ECOWAS and the question of how to resolve farmer-herder conflict in West Africa

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ECOWAS and the question of how to resolve farmer-herder conflict in West Africa

Kaderi Noagah Bukari

25 Mar 2021

6min min read
  • Agricultural resources
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hile conducting fieldwork in Benue State, Nigeria in 2017, I was intrigued by a question from one of the young men in our group discussion, who asked: “What is ECOWAS [the Economic Community of West African States] doing at all to resolve farmer-herder conflicts in West Africa?” In my attempt to answer the question, I mentioned the role that ECOWAS had played in ensuring herders’ access to resources in member countries through the enactment of the protocols on Transhumance and Free Movement of Goods and Persons. I explained that, through these protocols, ECOWAS sought to address issues of resource use by herders to avoid violence with farmers. At the end of my explanation, my respondents were not convinced at all and still felt that the regional body had not been forceful in resolving violence/conflicts between farmers and herders. The locals’ depth of knowledge and forthright expression of their frustrations at the inability of national governments and ECOWAS to find solutions to internecine farmer-herder violence was impressive.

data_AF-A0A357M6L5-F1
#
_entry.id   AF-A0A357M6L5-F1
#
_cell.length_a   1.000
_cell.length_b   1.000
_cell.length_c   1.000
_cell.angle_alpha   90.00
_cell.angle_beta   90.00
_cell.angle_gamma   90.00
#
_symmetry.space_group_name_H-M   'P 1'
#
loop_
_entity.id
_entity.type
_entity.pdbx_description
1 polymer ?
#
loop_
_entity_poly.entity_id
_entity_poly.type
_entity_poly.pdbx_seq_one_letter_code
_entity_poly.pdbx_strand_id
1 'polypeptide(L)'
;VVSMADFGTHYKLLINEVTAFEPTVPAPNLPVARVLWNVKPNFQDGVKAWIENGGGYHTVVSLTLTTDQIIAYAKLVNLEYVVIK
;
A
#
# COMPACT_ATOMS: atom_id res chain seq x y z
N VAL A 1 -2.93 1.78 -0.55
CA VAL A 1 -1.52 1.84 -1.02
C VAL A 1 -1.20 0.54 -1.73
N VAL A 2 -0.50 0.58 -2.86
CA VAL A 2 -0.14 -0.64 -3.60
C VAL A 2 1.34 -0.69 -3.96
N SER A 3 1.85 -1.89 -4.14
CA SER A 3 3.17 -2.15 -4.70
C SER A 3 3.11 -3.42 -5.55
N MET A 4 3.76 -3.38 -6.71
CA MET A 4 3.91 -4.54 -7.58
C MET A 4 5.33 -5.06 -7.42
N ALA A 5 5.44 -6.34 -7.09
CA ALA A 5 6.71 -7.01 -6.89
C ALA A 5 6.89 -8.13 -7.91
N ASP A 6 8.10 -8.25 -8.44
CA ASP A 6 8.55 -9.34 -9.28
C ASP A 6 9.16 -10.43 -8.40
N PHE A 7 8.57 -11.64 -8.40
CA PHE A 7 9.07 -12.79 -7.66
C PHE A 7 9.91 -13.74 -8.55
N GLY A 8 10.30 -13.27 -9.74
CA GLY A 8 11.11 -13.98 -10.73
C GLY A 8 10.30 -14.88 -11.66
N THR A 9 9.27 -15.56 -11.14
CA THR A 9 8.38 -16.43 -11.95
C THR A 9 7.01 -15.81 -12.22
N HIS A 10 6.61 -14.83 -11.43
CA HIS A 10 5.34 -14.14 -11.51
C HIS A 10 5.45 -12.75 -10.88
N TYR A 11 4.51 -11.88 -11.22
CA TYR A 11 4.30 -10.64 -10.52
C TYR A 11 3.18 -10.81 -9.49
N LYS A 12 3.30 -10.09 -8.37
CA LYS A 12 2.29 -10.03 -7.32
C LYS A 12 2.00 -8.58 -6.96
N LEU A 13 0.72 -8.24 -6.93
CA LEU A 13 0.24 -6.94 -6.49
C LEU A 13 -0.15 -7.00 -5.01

The concerns and questions of that youth group remain pertinent today. I have pondered about what ECOWAS had really done or is doing to resolve farmer-herder conflicts in the region myself. One respondent had even asked: are we waiting for Europe or the USA to resolve these conflicts for us? Or we do not see these conflicts as constituting security threats to regional stability? Their questions about ECOWAS’ role in finding solutions to farmer-herder conflicts stem from the politicisation and bias of national governments in tackling these conflicts.

Undeniably, ECOWAS led efforts in the late 1980s and early 1990s to resolve violent conflicts in the Mano-river region (especially in Liberia and Sierra Leon) that threatened the whole sub-region. One can criticise ECOWAS for some lapses during the crises, such as the security lapses of the Economic Community of West African States Monitoring Group (ECOMOG), but overall, the regional body effectively resolved these conflicts and restored stability and democracy in Liberia and Sierra Leone in the early 2000s. ECOMOG was instrumental in bringing peace and stability to war-torn Liberia and the region in general. In the Gambian political crisis during 2016-2017, ECOWAS was instrumental in helping the country transition to peace.

Catalysts for conflict

A background to ECOWAS and the enactments of the protocols on transhumance in 1998 and free movement of persons and services in 1979 are worth discussing. The enactments of these protocols were meant to ensure inter-country trade and access to resources. In particular, the protocol on transhumance was to help solve the large problems faced by nomadic pastoralists in accessing resources such as water, pasture and land in their own countries of origin, especially the Sahelian countries. However, this protocol has not solved the challenge faced by pastoralists in accessing resources. Consequently, violent conflicts have emerged between them and local communities over competition for land, destruction of farms by cattle, killing of cattle and questions of citizenship/belonging.